8- The open alien landscape was insufficiently different from earth ruining the tone for me. I can appreciate that Scott was going for ‘epic’ in scale this time, but the result is sadly lacking in the paranoia of the original Alien movie, dark and airless and claustrophobic, even in the bloody cave.
9- The humanoid aliens that look exactly like William Blake’s drawings of Uber Mensch.
10- The incredibly bad old age make up on Guy Pearce. (Why didn’t the just cast an old actor?)
11- The ‘pyramid’ cave, yes I see, so like a barrow mound. Life and death, buried together. What’s that you say? The bad guy, the aging genius behind this whole misadventure is called Weyland? Metaphor alert!!! The ancient god of smithing wants to channel the power of fire, of life (of Prometheus).
Speaking of mixing your metaphors, parentage, creation myths and origin are the order of the day. Shaw’s character is infertile- so predictably she’s the first to be impregnated with an alien ‘baby’. She ‘believes’ that these humanoid aliens are the origin of life on earth, and now mysteriously want to destroy it. Weyland is promtheus himself, who wants to steal the ‘fire of life’ for from the humanoid aliens to cheat death. Weyland is also the father of invention, having created artificial life (David the Android) who he prefers over his biological child (Theron).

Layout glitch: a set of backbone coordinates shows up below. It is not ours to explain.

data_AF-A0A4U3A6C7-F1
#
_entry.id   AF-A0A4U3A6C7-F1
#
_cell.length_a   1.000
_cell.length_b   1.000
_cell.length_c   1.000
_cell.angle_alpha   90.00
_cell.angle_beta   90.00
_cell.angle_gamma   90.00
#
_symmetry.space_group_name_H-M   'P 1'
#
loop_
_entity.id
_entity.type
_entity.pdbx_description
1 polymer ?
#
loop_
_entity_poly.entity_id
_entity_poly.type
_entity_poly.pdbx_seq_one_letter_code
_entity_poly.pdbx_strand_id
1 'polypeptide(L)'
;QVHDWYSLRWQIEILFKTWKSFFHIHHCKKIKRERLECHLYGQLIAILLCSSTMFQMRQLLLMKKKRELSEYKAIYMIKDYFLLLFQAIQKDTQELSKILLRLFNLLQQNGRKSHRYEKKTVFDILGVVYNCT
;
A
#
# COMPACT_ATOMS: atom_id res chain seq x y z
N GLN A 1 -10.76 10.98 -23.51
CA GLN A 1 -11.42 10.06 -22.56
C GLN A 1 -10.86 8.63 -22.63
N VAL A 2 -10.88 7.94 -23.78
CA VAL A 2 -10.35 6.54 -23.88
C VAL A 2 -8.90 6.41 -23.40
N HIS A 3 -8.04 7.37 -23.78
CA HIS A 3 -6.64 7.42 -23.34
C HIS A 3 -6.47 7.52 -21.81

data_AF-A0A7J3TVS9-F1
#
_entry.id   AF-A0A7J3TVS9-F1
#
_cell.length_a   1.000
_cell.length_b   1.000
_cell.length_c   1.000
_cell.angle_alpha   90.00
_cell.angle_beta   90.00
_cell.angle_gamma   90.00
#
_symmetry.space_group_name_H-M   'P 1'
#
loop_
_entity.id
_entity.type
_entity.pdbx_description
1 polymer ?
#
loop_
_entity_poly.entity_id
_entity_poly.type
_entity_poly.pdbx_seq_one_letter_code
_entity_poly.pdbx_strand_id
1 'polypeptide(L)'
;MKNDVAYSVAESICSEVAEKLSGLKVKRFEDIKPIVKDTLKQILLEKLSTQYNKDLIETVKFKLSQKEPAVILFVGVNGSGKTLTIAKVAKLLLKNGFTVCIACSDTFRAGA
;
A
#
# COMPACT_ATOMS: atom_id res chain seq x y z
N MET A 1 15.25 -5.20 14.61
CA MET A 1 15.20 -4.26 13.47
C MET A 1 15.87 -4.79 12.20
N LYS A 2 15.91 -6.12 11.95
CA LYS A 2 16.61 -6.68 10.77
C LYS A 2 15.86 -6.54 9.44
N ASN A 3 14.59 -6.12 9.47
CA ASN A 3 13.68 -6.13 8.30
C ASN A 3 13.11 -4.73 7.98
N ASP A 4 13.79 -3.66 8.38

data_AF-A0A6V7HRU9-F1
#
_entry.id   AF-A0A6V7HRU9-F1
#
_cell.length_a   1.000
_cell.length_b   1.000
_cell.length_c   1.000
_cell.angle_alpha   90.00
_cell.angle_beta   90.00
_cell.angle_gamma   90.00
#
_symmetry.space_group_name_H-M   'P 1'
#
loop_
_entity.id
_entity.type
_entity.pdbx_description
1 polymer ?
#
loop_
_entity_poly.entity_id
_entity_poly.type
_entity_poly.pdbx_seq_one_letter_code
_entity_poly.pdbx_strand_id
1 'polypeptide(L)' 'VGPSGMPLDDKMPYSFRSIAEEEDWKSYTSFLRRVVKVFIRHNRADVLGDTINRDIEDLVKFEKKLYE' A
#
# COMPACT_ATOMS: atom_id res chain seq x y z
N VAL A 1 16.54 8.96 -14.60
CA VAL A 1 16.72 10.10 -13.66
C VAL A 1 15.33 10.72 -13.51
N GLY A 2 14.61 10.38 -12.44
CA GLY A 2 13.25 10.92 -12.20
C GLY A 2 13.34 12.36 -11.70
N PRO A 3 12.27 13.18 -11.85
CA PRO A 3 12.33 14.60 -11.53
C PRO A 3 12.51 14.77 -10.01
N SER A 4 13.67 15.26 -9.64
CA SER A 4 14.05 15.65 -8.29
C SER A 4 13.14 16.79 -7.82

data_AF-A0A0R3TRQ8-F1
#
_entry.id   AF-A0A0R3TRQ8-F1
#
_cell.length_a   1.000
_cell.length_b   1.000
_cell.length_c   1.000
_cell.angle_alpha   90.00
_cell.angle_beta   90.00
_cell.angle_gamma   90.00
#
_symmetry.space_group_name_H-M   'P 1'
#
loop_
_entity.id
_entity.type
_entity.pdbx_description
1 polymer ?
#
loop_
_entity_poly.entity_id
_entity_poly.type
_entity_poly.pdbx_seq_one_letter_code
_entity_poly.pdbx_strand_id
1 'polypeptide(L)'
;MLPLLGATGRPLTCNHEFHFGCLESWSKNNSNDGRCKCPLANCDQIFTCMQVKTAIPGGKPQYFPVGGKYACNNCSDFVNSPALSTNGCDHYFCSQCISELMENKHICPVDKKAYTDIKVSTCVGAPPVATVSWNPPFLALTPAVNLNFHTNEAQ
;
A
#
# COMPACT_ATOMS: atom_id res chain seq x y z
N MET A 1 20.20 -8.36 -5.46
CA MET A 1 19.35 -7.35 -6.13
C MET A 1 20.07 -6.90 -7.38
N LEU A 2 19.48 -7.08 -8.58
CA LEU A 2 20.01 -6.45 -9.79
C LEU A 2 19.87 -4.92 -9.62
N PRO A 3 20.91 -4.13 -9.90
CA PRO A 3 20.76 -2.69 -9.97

Meanwhile, David like Oedipus wants to kill his father, as he is desirous of freewill. Weyland is David’s ‘god the creator’, and the android pokes fun at the Shaw’s religious faith in searching for a callous creator. One final layer on the cake is the alien’s ‘fire/invention/biological bomb’ as a monster embodiment of sex and mutation. In stark contrast is the android David, a being that does not require sex to reproduce, who incidentally apes his hero Lawrence of Arabia, a gay archetype. Heavy handed, no?
If this film is about anything it’s about Fassbender’s David, who bears more relation to Bladerunner’s replicants than to Lars Henrikson’s industrial android ‘Bishop’ in Aliens. (Although echoing the sinister ‘Ash’ of the first Alien movie, he is beheaded.) Hints of Bladerunner are evident in David’s voyeurism of others’ dreams and memories. His blonde hair and desire to kill his creator/father make him analogous to Roy Batty. As do his superiority, unscrupulousness and humanity in spite of him/itself. ‘More human than human’ etc. (I dread Scott’s forthcoming Bladerunner spin-off).
It’s interesting to note that some of the best footage from this movie doesn’t actually appear in the film, but as viral internet adverts. The Peter Wayland TED talk, for example and the creepy/moving advert for Wayland industries featuring David.
For the record I did have a favourite scene: The alien’s ship, which I have christened the ‘Space Croissant’, taking off and then falling out of the sky. This counts towards as one of my 50 movies in my fifty fifty me Challenge.